Missouri may be among the last states to finally, formally repeal the last references to what at one point was a fairly common office: appellate court commissioner. Under SB 614 and SJR 37 as prefiled for the 2014 session the office of Supreme Court Commissioner and Court of Appeals Commissioner would be withdrawn from the statute books and the state constitution. According to the author of the bill no such officer has been appointed since 1972; a 2001 historical review of the state’s appellate system indicated the last commissioners retired in 1982.
The state’s Courts of Appeal (there were three separate courts until 1972) had previously used commissioners since their formation in the 1800s and there are references of the office existing in the Supreme Court from 1883-1895 and then from 1919 to the 1970/1972 constitutional and statutory revisions to the state’s appellate system.
Before the advent of intermediate appellate courts and modern caseflow management, appellate courts would often become hopelessly backlogged. A common coping mechanism in Missouri and other states was the use of “commissioners”; effectively judges without a vote who would handle motions and similar work under the supervision of the court either singly or in some states in panels. As I noted when Ohio tried to repeal its references to appellate commissioners in 2011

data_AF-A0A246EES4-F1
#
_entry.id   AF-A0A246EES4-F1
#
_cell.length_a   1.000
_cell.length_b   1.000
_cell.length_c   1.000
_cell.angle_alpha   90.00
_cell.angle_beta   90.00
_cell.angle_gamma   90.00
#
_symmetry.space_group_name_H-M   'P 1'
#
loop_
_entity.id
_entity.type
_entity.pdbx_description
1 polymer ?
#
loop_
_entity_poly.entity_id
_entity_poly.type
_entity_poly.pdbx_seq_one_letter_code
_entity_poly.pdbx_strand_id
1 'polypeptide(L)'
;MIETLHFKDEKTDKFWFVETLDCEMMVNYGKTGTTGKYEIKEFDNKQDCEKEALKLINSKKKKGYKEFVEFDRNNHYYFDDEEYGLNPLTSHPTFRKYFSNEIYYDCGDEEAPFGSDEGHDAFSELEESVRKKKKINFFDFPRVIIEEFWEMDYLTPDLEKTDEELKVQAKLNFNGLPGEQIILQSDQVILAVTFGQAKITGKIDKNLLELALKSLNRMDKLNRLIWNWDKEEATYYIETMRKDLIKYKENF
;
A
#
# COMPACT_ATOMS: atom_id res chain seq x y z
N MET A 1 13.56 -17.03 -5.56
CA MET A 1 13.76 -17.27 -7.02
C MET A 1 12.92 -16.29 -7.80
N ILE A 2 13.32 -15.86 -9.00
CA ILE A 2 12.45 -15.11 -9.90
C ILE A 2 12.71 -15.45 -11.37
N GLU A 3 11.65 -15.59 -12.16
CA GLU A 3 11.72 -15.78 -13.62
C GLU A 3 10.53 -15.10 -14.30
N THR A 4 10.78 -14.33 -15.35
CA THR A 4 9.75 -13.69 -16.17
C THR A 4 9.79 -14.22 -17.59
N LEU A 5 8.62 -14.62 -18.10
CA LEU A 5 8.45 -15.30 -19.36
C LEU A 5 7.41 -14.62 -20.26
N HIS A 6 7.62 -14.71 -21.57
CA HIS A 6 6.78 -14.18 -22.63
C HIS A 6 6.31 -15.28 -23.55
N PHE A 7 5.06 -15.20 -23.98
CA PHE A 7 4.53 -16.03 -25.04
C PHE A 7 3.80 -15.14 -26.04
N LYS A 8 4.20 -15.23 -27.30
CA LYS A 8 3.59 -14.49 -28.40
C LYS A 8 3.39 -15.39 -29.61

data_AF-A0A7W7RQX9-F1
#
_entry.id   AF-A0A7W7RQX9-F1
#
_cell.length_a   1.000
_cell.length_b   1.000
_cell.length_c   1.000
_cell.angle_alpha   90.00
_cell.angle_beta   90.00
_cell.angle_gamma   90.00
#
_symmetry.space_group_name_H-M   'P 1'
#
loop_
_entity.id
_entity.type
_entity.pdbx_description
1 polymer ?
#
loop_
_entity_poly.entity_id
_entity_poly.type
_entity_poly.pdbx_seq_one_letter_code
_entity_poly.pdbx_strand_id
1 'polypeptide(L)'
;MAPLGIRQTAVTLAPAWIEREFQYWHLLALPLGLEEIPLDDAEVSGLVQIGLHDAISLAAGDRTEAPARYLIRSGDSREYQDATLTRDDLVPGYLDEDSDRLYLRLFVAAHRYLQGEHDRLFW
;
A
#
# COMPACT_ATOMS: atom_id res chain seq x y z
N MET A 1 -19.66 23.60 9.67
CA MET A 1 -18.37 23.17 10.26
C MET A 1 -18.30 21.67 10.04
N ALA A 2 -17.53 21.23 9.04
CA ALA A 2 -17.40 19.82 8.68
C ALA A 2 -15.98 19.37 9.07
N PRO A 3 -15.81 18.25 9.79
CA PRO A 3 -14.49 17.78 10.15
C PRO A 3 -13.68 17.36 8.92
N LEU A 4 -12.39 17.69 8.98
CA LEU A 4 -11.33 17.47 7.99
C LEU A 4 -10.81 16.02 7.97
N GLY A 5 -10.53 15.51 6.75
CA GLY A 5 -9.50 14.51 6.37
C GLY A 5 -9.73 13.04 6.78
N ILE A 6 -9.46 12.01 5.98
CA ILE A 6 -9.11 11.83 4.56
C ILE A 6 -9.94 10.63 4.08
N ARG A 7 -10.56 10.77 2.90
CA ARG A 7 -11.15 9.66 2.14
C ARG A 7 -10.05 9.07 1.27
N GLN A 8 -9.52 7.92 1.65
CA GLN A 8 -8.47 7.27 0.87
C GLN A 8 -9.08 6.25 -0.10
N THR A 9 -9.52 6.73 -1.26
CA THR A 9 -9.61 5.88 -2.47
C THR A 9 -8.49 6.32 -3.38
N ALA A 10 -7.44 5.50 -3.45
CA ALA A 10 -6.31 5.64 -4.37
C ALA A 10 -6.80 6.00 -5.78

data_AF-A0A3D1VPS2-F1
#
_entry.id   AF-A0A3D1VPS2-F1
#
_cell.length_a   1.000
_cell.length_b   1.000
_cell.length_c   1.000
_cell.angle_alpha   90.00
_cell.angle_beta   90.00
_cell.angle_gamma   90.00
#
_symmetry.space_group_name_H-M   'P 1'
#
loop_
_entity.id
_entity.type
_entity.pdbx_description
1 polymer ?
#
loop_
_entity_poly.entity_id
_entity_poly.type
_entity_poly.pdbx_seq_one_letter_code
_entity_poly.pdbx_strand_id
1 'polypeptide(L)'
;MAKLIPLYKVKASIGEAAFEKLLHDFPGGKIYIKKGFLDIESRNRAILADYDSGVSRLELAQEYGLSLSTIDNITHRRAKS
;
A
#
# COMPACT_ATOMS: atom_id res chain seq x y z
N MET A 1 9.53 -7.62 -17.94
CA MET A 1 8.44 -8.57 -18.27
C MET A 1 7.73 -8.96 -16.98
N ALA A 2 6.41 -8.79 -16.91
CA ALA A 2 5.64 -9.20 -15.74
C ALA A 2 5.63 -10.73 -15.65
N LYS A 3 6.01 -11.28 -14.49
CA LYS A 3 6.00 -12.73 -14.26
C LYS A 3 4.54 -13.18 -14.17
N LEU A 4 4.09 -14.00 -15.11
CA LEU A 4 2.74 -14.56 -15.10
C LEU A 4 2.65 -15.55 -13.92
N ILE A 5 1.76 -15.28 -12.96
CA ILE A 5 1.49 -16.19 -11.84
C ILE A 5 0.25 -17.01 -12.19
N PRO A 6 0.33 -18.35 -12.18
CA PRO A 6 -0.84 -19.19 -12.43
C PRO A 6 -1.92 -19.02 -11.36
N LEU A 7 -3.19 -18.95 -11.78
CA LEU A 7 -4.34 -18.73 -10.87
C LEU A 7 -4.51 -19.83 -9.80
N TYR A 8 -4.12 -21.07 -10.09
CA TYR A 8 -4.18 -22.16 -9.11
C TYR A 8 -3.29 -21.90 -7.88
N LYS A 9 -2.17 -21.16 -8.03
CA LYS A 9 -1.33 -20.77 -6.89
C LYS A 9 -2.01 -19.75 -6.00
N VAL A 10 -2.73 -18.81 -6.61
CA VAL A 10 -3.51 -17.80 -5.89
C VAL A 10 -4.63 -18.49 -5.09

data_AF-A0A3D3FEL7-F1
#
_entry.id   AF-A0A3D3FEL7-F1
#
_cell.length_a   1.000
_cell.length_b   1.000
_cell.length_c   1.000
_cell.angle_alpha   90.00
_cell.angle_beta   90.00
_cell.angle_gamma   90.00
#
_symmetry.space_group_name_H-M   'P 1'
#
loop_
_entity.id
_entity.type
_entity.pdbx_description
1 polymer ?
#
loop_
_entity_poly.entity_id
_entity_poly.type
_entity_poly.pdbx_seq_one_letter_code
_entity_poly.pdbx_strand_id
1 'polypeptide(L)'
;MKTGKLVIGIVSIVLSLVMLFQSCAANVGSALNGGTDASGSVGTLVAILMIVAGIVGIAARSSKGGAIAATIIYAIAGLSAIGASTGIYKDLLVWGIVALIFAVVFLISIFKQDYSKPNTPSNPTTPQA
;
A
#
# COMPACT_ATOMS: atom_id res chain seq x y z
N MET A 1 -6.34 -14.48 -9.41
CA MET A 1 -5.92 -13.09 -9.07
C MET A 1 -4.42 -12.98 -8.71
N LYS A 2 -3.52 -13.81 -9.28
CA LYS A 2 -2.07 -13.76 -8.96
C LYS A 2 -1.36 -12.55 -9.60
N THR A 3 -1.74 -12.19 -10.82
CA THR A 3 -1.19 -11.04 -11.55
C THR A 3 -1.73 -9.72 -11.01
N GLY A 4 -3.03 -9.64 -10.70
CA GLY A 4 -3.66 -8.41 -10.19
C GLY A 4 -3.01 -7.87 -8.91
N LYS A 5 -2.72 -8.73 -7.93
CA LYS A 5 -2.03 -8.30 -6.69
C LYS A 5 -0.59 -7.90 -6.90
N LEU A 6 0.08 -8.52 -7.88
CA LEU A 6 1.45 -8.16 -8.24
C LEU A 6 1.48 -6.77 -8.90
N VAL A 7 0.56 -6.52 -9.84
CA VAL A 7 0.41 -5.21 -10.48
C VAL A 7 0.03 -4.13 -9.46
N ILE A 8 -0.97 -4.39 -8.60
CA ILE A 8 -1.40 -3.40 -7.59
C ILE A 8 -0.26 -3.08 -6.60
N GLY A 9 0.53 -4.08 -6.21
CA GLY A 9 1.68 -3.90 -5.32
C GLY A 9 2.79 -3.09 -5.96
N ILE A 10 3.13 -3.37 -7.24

Ohio and other large states like Texas tried to grapple with this [backlog] problem through the use of appellate commissions. The appointment of special judicial officers to hear certain motions or matters was, and is, not uncommon. To this day subordinate judicial officers in California trial courts are called “commissioners“.
Eventually these commissions fell out of favor for two reasons. First, states large and small simply needed dedicated, permanent intermediate appellate courts to handle the caseload. Second, there was a very real possibility that decisions of the commissions would be in conflict with the courts.
What appellate commissioners remain today (such as in Oregon) are hearing officers who handle motion practice, not panels. Perhaps the only remaining vestiges of the old system are in Ohio’s constitution and North Dakota’s “Court of Appeals” which, despite the name, functions much the same as the commissions did, with panels coming into existence or only being used when the state’s top court is overwhelmed.